The fatal charm of Samuel Herbert Dougal: 11th February 2014
If the story of Samuel Herbert Dougal has not been made into a film then perhaps it should be! On 11th February Martyn Lockwood – a retired police officer now active with the Essex Police Museum in Chelmsford –took the Society through this colourful character’s eventful life in a most comprehensive and graphic way. The culmination of the story is Dougal’s conviction for the murder of Camille Cecily Holland but the happenings in the previous 30 odd years paint an extraordinary picture of nefarious adventure.
Samuel Dougal was born in London in 1846 and joined the Royal Engineers Regiment in 1866. He married Lavinia in 1869 – without the permission of his commanding officer- and fathered several children with his wife and several girl friends. Lavinia died in 1885 in what were described as mysterious circumstances and in the same year he wed Maria who, a few weeks later, passed away in suspicious circumstances: clearly forensic science was not then the sophisticated tool it has become! In 1886 the serious womaniser had a pregnant friend Bessie. Leaving the army with the rank of sergeant major in 1887 Dougal was for a time a salesman before becoming landlord of a public house in Ware. A fire at the premises was a suspected insurance fraud but Dougal was acquitted. The next few years saw him as an unsuccessful applicant for the post of public hangman, steward of a conservative club, a quantity surveyor in Dublin and a chicken farmer in Kent. His criminal career continued being found not guilty on theft charges but serving one year’s hard labour for forgery – for which he lost his service pension. Seduction appears to have been his only consistent occupation!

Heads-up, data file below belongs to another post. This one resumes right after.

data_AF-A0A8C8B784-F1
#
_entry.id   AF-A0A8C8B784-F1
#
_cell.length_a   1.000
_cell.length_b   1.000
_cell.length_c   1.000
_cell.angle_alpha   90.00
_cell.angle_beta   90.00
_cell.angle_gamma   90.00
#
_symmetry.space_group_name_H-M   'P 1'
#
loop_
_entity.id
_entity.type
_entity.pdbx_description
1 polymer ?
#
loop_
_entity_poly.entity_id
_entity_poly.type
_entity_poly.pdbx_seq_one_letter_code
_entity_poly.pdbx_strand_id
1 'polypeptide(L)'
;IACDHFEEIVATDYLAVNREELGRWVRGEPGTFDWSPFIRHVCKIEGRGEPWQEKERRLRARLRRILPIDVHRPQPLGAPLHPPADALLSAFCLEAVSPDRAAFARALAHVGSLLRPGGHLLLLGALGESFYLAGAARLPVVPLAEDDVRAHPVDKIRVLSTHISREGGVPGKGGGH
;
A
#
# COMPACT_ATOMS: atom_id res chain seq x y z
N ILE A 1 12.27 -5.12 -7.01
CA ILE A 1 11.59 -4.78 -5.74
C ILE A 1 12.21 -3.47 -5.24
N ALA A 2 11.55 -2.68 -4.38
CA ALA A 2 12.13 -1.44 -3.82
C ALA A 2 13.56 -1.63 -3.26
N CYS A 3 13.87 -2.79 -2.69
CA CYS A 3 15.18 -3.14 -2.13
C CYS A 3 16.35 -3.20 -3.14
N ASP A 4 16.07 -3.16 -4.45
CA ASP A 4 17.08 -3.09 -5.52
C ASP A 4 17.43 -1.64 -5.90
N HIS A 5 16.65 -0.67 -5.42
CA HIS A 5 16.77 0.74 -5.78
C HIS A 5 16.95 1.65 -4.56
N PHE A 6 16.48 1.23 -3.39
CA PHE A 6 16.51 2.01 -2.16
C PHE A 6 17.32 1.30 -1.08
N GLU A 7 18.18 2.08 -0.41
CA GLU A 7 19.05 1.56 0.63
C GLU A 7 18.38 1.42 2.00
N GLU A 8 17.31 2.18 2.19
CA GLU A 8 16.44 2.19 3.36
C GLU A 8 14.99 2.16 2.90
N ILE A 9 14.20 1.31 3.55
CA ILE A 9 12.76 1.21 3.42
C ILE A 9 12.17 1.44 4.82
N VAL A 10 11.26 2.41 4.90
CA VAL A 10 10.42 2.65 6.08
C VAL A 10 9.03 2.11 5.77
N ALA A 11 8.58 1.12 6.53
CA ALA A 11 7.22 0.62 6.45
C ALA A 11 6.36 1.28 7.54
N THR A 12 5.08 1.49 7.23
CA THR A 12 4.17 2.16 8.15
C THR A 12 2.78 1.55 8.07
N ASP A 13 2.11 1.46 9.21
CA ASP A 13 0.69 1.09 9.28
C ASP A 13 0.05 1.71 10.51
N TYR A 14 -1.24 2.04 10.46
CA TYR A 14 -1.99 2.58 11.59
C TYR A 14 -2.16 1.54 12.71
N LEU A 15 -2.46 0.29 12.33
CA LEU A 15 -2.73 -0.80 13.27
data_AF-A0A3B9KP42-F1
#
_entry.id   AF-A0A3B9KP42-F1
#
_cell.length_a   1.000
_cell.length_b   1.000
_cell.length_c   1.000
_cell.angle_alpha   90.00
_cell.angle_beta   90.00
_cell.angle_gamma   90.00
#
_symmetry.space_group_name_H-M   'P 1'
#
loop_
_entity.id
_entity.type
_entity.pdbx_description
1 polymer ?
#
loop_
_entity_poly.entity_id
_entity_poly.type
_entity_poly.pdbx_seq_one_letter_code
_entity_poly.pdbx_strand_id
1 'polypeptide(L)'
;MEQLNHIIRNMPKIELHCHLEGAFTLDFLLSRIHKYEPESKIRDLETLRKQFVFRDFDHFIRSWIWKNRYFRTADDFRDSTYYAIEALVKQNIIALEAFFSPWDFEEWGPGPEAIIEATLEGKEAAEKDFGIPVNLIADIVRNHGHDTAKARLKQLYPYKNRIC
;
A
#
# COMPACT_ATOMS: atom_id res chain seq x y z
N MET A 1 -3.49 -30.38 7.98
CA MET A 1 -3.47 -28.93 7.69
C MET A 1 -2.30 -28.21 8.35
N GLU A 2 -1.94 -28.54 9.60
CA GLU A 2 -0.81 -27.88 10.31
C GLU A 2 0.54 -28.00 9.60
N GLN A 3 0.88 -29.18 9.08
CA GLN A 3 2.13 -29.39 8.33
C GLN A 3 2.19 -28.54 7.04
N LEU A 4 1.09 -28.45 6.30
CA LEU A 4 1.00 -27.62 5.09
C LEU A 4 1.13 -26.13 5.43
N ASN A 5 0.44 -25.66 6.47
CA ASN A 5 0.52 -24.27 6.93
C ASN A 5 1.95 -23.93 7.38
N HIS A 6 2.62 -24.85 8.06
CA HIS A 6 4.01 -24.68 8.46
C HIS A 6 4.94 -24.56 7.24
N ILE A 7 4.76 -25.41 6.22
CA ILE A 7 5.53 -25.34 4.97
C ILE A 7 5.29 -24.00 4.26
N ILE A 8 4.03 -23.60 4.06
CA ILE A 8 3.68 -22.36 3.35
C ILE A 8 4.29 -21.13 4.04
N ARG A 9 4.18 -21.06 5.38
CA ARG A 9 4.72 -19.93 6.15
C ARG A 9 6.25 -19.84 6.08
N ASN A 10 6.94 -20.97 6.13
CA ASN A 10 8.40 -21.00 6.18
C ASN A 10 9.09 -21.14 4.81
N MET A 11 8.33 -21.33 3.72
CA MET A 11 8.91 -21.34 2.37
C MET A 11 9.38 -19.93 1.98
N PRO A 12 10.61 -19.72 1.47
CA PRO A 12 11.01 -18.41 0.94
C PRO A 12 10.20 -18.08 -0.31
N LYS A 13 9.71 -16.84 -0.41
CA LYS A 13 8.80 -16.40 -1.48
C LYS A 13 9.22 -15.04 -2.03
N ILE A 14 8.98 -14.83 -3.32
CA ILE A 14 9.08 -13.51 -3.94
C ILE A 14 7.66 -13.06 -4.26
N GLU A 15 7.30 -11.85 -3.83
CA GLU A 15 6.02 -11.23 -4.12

Camille Holland was a wealthy spinster who came on the scene in 1896 and fell for Dougal’s roguish charms. The couple bought Moat Farm at Clavering (Dougal was now styling himself as “Captain”) and became well known in the community. In 1899 they went for a ride in a pony and trap and Dougal returned alone saying that Camille had gone to London. For the next four years Dougal lived alone forcing unwelcome attentions on the young domestic staff. He had, it is said, a predilection for teaching young women to ride bicycles and photographing them naked on their bikes. In 1903 The “Moat Farm Mystery” hit the press when a farm hand reported his suspicions about Dougal filling in a ditch some 4 years earlier. A body was found and identified as Camille by clothing and shoes. Dougal did a runner but was apprehended when he used a numbered bank note.At the trial he maintained his innocence but was convicted and hanged.
Mr Lockwood illustrated his extremely interesting talk with many slides and was warmly thanked by Chairman Alan Fitch on behalf of 14 members present.
Members were reminded of the Annual General Meeting on 11th March (bring an early photograph for an identification contest ) and of the visit to Abbey Mills Pumping Station at Stratford on 13th May.